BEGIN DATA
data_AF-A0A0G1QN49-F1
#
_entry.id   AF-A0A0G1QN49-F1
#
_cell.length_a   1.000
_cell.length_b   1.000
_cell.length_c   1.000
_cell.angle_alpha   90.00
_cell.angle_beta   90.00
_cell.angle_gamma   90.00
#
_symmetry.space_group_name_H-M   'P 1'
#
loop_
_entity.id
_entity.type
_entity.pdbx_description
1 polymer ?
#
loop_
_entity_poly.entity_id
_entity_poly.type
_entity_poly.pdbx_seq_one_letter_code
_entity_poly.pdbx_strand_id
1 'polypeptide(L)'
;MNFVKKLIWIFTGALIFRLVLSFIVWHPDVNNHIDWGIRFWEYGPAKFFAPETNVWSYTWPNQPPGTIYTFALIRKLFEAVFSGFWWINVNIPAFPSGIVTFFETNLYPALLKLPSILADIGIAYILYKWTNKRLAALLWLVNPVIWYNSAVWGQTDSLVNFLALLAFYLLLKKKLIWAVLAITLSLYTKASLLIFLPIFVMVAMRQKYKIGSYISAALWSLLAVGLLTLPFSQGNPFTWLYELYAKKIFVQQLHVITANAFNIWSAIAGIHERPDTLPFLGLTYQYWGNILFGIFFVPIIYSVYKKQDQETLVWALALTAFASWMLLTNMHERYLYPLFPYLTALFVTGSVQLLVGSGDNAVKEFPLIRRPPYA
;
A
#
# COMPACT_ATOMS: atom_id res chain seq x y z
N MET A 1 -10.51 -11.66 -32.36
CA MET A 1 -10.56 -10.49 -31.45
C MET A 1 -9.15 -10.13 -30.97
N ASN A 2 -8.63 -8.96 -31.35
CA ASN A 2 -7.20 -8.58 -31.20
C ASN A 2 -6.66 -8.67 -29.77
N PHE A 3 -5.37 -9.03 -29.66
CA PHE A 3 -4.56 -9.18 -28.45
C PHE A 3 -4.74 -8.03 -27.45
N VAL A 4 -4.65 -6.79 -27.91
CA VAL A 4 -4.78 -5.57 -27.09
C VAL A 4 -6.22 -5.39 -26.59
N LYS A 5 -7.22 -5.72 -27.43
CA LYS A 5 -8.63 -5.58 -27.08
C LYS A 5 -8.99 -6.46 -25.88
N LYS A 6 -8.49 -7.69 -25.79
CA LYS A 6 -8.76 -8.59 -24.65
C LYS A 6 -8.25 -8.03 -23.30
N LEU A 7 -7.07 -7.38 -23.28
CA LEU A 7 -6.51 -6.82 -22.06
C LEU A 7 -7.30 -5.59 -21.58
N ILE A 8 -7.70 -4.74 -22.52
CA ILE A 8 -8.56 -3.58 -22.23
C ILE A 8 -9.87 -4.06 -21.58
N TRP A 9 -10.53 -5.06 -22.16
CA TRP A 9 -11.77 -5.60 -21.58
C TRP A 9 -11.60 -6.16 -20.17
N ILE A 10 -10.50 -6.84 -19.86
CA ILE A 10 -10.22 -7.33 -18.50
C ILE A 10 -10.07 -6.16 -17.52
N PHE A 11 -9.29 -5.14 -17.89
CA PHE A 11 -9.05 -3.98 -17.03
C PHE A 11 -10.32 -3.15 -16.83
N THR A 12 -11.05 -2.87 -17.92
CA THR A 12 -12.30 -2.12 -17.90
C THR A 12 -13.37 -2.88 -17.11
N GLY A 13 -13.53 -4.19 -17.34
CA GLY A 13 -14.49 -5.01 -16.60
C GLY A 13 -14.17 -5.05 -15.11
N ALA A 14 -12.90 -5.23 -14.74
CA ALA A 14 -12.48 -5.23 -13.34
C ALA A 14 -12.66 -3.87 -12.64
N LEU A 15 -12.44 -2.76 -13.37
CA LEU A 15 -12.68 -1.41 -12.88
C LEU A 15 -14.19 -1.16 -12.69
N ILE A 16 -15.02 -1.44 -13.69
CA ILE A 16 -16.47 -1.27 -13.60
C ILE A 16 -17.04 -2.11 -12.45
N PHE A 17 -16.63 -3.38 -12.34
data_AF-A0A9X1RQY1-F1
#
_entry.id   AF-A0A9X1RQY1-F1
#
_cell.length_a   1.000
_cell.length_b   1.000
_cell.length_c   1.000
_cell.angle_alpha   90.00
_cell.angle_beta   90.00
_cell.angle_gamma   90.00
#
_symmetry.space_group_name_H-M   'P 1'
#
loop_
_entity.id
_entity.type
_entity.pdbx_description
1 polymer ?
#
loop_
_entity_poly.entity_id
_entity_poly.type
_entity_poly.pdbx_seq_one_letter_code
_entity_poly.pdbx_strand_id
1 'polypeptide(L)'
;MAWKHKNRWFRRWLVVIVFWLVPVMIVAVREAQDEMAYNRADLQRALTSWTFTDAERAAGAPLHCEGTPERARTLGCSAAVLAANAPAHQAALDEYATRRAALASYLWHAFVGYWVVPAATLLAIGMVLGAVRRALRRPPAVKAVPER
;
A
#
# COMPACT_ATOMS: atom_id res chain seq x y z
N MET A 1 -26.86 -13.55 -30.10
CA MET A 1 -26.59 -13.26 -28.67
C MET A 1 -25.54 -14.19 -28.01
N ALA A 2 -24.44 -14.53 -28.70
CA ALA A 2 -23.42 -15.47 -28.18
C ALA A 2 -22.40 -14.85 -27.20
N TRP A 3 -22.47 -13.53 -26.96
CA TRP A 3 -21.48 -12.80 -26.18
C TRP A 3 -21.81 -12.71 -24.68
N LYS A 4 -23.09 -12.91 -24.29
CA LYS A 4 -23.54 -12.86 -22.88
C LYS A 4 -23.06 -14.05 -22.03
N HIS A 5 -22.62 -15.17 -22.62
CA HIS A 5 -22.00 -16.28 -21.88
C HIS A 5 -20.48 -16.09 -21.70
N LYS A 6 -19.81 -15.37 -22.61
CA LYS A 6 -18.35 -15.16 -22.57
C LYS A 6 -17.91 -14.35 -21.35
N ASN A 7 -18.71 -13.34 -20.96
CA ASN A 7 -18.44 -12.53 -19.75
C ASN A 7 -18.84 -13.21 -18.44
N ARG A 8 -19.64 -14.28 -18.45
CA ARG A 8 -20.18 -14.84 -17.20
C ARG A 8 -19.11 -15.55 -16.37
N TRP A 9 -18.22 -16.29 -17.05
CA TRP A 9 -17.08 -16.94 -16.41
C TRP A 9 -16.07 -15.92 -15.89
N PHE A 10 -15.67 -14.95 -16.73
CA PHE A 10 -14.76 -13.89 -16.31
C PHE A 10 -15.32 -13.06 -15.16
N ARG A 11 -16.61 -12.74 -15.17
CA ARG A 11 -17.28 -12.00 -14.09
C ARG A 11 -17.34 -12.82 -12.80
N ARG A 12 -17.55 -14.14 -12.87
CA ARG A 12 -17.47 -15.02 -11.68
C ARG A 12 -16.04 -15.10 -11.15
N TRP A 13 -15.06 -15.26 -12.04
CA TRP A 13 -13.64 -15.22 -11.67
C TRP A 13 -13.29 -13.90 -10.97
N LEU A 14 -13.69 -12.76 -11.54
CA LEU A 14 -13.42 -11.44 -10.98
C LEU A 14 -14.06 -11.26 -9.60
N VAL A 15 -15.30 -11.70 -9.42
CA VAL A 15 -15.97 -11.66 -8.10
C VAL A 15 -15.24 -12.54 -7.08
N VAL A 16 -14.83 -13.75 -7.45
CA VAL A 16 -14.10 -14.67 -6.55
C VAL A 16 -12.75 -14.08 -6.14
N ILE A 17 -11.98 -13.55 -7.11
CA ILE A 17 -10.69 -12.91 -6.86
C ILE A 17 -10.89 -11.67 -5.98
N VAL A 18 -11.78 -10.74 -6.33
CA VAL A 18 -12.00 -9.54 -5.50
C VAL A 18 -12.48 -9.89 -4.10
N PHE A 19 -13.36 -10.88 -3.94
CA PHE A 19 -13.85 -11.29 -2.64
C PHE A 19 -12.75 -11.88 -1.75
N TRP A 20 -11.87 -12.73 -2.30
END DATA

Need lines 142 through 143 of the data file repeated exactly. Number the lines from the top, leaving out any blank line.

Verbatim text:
C ARG A 11 -17.34 -12.82 -12.80
N ARG A 12 -17.55 -14.14 -12.87